Noncancerous chest CT findings such as higher coronary artery calcium (CAC) scores, higher pulmonary artery-to-aorta ratio, and lower thoracic skeletal muscle index all suggest worse overall survival, wrote a team led by Dr. Ismail Tahir of Massachusetts General Hospital in Boston. And this research result suggests that CT has an even more important role to play for predicting treatment outcomes.
"Given the universal availability of chest CT scans in patients with lung cancer, imaging phenotypes remain an underutilized resource that could aid prognostication and clinical decision-making," the group noted.
SBRT is the standard of care for patients with early-stage non-small cell lung cancer. But predicting the outcome of this treatment can be tricky, the authors explained.
"Treating physicians rely on multiple factors including patient age, Eastern Cooperative Oncology Group (ECOG) performance status, and comorbidities when making decisions regarding patient management and follow-up," they wrote. "Although clinical features provide important insight into patient characteristics, ECOG performance status is subjective, and patient chronological age may not reflect biological age or resilience to cancer treatment."
Tahir's group conducted a study that included 282 patients with stage I lung cancer who were treated with SBRT between January 2009 and June 2017. Each patient underwent chest CT before beginning SBRT to measure their CAC score, pulmonary artery-to-aorta ratio, presence of emphysema, and body composition.
(A) Axial CT image shows coronary artery calcium (red square). (B) Axial CT image shows pulmonary artery and ascending aorta diameter at level of main pulmonary artery (red arrows). Coronal CT images (C) without and (D) with segmentation label map for lung densitometry to assess emphysema; label map shows lung parenchyma in blue and major airways in red. Axial CT images (E) without and (F) segmentation label map at level of fifth thoracic vertebral body, (G) without and (H) with segmentation label map at level of eighth thoracic vertebral body, and (I) without and (J) with segmentation label map at level of tenth vertebral body, for body composition analysis. Skeletal muscle in red; adipose tissue in green. Axial CT images (K) without and (L) with bone mineral density measurement, depicted by yellow ROI at first lumbar vertebral body. Images and caption courtesy of the ARRS.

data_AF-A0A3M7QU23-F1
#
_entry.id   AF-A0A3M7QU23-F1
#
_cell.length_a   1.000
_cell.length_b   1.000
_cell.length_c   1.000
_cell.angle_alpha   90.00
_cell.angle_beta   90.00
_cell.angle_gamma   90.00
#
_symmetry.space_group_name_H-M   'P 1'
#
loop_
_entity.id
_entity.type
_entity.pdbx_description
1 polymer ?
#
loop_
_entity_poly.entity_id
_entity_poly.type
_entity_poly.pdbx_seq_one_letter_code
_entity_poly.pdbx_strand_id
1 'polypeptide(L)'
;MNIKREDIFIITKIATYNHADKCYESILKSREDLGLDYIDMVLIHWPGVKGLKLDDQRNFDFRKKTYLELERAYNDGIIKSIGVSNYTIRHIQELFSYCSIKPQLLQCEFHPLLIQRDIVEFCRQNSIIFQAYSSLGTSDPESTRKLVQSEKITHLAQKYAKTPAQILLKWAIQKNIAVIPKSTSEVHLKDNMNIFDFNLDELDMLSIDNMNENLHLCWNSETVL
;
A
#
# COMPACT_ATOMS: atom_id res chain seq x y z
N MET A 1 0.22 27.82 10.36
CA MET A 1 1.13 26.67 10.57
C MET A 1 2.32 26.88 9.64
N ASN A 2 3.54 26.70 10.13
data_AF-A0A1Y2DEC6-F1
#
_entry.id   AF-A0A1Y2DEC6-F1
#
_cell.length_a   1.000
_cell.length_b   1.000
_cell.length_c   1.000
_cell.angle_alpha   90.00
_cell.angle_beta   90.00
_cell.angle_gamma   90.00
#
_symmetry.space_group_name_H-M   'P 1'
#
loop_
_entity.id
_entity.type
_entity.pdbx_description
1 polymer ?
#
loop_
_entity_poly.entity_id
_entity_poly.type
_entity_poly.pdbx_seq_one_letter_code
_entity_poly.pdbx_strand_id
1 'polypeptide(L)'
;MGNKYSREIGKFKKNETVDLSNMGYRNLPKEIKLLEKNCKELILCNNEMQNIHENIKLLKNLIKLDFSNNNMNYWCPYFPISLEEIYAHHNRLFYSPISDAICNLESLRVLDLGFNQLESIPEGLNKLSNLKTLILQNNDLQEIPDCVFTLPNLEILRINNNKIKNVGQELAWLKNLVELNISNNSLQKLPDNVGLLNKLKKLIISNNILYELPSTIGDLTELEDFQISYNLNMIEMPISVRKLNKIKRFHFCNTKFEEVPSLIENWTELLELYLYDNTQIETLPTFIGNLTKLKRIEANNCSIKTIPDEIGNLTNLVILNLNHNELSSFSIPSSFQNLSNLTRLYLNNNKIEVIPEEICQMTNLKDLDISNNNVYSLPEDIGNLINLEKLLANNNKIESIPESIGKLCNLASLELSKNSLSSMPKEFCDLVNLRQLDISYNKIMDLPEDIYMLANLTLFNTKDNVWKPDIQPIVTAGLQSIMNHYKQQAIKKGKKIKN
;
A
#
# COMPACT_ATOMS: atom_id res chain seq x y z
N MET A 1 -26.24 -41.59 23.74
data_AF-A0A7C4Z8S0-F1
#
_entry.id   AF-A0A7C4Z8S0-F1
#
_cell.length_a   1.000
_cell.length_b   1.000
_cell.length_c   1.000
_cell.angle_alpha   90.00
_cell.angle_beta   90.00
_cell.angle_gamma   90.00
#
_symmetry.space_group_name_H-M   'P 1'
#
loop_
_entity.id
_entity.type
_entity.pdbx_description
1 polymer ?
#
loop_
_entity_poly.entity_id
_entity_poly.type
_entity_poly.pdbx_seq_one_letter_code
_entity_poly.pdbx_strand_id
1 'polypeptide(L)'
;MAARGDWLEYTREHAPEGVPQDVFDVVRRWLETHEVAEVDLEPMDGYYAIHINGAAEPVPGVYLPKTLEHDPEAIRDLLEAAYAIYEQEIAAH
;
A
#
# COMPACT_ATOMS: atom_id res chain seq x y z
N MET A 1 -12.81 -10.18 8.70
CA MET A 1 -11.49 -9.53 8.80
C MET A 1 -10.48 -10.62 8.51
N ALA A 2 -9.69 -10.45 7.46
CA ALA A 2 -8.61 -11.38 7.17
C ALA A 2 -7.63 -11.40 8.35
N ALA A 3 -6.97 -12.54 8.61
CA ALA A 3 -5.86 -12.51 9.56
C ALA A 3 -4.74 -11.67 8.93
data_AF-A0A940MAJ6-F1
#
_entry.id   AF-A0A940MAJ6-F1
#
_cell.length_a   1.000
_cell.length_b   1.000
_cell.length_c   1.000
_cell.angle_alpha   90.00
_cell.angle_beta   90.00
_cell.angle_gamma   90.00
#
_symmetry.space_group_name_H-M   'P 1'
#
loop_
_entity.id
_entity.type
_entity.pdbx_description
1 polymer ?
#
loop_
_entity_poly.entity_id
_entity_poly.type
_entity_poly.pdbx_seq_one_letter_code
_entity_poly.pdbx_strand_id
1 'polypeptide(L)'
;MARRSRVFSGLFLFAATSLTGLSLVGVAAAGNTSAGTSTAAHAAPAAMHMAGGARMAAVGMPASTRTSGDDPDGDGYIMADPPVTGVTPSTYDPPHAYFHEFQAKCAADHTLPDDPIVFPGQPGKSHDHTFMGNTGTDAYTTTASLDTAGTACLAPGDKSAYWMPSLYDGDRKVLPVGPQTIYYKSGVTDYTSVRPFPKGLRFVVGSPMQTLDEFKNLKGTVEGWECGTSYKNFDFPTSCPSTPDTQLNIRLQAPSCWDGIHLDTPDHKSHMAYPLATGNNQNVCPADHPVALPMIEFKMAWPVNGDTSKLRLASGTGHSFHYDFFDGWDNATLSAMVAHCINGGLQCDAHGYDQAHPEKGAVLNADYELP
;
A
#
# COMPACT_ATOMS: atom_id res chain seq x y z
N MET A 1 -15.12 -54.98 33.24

The authors found that CAC score, pulmonary artery-to-aorta ratio, and skeletal muscle index were all associated with poorer outcomes after SBRT for stage I lung cancer (p < 0.05); when the team added clinical factors to these imaging features, their model's effectiveness improved even further at five years after treatment compared to using clinical factors alone. They measured the effectiveness of each metric based on area under the receiver operating curve (AUC) values.
|Ability of clinical and imaging characteristics to predict outcome after SBRT
|Time (year after treatment)
||Clinical characteristics alone
||Imaging characteristics alone
||Clinical and imaging characteristics
The study suggests that imaging markers may be more important than clinical variables when it comes to predicting overall survival in patients undergoing SBRT for early-stage lung cancer. But it would be a good idea to incorporate the two.
"Additional data are needed to externally validate our model toward establishment of a comprehensive prediction tool that incorporates [both] clinical and imaging features," the investigators concluded.
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